Things to Consider To Avoid Christmas Party Employment Litigation
When does an employer’s liability end?
An official and organised Christmas party is an extension of the workplace and the same rules apply. Even if the Christmas party is held away from the usual place of work, employers remain legally responsible for ensuring the event is safe and for minimising risks.
For example, an employee injured at a third-party location where the event is being hosted by no fault of their own, may have a claim for compensation against their employer. If the formal Christmas party is over, but senior management organises, in the spare of the moment, to continue drinking else were, Employers may still remain liable.
In Bellman v Northampton Recruitment Lt, the Managing Director arranged for taxis to another drinking location after the Christmas party had ended. An argument broke out resulting in a physical altercation between Mr Bellman and the Managing Director leaving Mr Bellman with serious brain damage. It was held that the Managing Director was a senior employee who had full control of his staff and the Company and therefore, the Company was liable, vicariously, for the injury.
How can employers avoid the legal hangover?
1. Plan ahead
There are many other religious holidays that occur in December, for example, Hanukkah and employers should try to avoid hosting events on these dates to ensure that all employees can attend, regardless of religion.
Many actions that occur at a Christmas party that result in problems for employers are often covered by policies contained with a staff handbook, such as discrimination, harassment, substance abuse. Therefore, employers should review their documentation to ensure that they are up to date.
2. Risk assessment
Risk assessments should include both the event and the event venue. The event venue should be examined for anything that may be risk to health and safety including unstable surfaces, loose wires and dangerous corners. As part of the risk assessment, employers may consider arranging transport to the event, providing the contact information of local taxi companies and to remind employees not to drink and drive.
3. Consider COVID-19
With the discovery of the new variant, Omicron, and the return of mandatory face masks, employers ought to consider whether it is still appropriate to host an in-person event. Factors employers could consider are the infection rates in their local area, where the event is being held and the number of attendees. For example, if an organisation is planning an evening meal, could this be rearranged to a late lunch? Should there be one event for the whole company, or can each department host their own?
Employers should re-iterate government guidelines and remind employees that if they display covid-19 symptoms they should arrange for a PCR test and self-isolate until they receive the results. Further, they may request employees to take and provide a negative lateral flow test in the 24 hours before the Christmas party.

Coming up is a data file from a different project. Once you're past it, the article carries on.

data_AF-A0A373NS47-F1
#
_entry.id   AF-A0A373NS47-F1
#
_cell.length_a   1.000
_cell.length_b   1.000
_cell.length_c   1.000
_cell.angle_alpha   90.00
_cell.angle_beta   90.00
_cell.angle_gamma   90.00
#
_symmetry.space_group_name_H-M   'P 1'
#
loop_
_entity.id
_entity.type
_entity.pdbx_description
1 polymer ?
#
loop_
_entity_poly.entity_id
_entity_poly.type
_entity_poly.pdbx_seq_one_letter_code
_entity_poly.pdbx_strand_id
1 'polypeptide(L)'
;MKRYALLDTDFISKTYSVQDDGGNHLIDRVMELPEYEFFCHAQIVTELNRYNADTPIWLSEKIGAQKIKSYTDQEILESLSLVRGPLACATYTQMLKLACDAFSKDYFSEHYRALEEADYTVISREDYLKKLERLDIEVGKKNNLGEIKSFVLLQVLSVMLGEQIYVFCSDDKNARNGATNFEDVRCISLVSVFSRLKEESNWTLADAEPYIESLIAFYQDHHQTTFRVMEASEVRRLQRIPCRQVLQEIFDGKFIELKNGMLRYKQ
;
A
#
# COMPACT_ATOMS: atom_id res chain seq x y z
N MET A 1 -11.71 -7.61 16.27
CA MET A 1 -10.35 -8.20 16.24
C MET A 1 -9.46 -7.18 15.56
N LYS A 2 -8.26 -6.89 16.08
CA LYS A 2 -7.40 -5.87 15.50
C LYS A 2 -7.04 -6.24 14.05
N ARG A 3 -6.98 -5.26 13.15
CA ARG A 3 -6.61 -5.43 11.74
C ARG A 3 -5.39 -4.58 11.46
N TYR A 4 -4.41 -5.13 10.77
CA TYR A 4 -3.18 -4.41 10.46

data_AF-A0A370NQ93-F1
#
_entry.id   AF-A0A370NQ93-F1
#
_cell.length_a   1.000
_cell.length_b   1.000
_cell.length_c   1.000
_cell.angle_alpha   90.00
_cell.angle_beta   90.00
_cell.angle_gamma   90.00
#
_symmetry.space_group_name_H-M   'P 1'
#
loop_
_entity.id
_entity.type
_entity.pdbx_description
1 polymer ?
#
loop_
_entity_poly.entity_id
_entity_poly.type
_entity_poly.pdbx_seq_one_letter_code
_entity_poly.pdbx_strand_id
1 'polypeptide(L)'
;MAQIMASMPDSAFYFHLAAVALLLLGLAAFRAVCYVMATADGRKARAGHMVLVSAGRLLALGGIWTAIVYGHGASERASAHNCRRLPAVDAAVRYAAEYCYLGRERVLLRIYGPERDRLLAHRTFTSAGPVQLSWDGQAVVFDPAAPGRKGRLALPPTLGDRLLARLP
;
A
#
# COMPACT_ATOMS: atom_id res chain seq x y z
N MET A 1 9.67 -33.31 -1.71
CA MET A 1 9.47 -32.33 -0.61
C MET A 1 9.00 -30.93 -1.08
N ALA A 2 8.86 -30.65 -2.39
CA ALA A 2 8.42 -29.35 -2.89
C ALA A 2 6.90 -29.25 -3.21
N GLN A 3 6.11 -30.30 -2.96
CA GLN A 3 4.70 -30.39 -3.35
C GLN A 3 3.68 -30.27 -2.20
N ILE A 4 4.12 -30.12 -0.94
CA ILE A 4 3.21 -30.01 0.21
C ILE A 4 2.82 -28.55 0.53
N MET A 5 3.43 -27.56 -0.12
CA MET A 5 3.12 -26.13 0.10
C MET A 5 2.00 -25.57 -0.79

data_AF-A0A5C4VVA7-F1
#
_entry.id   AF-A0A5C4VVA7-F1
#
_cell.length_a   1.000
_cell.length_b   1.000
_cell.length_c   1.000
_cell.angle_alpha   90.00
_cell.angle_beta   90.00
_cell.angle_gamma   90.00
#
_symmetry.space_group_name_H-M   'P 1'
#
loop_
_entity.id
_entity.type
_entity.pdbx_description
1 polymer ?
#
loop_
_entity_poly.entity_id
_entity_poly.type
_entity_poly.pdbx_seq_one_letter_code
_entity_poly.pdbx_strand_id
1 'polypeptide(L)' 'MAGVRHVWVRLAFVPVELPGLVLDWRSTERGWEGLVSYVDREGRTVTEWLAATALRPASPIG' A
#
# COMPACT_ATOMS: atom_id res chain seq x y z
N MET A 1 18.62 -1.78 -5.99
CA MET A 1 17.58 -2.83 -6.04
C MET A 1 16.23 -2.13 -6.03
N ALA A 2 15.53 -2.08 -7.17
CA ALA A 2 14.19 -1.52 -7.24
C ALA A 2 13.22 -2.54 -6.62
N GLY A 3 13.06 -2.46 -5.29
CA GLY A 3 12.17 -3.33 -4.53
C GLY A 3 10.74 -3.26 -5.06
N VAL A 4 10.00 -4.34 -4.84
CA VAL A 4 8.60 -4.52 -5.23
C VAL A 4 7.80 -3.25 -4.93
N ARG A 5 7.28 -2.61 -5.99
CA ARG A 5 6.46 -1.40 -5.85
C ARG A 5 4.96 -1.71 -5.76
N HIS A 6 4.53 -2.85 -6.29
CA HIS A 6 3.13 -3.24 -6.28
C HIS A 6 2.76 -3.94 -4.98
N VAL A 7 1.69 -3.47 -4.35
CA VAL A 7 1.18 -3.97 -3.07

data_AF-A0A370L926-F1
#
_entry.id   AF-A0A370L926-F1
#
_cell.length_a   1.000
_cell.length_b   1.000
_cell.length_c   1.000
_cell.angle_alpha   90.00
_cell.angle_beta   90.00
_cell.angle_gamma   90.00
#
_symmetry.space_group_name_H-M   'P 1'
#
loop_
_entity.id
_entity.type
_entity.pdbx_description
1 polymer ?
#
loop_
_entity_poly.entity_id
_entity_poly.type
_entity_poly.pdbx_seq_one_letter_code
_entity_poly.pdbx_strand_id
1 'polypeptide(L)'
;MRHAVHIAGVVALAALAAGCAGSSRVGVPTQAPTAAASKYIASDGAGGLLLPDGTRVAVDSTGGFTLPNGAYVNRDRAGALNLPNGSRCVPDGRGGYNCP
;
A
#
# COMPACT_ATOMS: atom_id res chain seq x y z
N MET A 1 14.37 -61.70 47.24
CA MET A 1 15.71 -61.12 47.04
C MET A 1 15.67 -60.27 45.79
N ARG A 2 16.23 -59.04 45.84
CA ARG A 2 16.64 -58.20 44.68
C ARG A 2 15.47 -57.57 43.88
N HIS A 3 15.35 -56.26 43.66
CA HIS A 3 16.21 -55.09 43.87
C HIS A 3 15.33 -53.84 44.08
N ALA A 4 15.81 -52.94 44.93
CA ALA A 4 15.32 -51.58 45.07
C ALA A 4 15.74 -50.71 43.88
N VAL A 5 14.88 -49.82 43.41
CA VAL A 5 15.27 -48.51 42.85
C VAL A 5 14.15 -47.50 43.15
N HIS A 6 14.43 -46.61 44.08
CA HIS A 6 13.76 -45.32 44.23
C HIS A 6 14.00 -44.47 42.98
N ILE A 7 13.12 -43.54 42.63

4. Reminder of standards expected
Employers may want to remind their staff ahead of the Christmas party that the event is an extension of the workplace and that their behaviour should reflect this. There should be a clear stance on excessive alcohol consumption and the use of illegal drugs. In light of the #MeToo movement, it may be wise for organisations to remind their staff about appropriate behaviour and conduct which could be considered harassment.
The event itself is not the only time headaches can be caused. If hosted on a weeknight, Christmas parties may lead to an increased number of people calling in sick the following day. While the excuses provided can sometimes be elaborate, a hangover is not what sick leave is designed for. Staff should be made aware in advance of the Christmas party that calling in sick may be an act of misconduct and could lead to disciplinary action.
5. Be inclusive
An employer’s duty of care extends beyond how employees behave towards one another and health and safety. The duty is wide and covers issues such as discrimination, therefore employers should ensure that the venue is accessible for all, including disabled employees and that there is a range of food and drinks provided including vegan, vegetarian and non-alcoholic drinks.
What should an employer do if an employee acts inappropriately at the party?
Depending on the severity of the incident that occurs, it may be appropriate for the employee to face disciplinary action. As discussed above, conduct at a work-sponsored event is likely to fall within the “course of employment” and therefore can be treated as if the conduct was committed whilst at work. Employers who believe that disciplinary action is appropriate should ensure that they follow the ACAS code of conduct and, if applicable, their own disciplinary procedure often located in the Company’s staff handbook.
How can we assist?
Our expert employment Solicitors have experience drafting policies to protect employers and advising organisations who may have to take action against an employee who may have committed an act of misconduct or gross misconduct. Should you require police to be reviewed or drafted or want to discuss your concerns around hosting a Christmas party, our team can be contacted via email at firstname.lastname@example.org or by telephone at 02079036888.
The material contained on this website contains general information only and does not constitute legal or other professional advice and should not be relied upon as such. While every care has been taken in the preparation of the information on this site, readers are advised to seek specific legal advice in relation to any decision or course of action.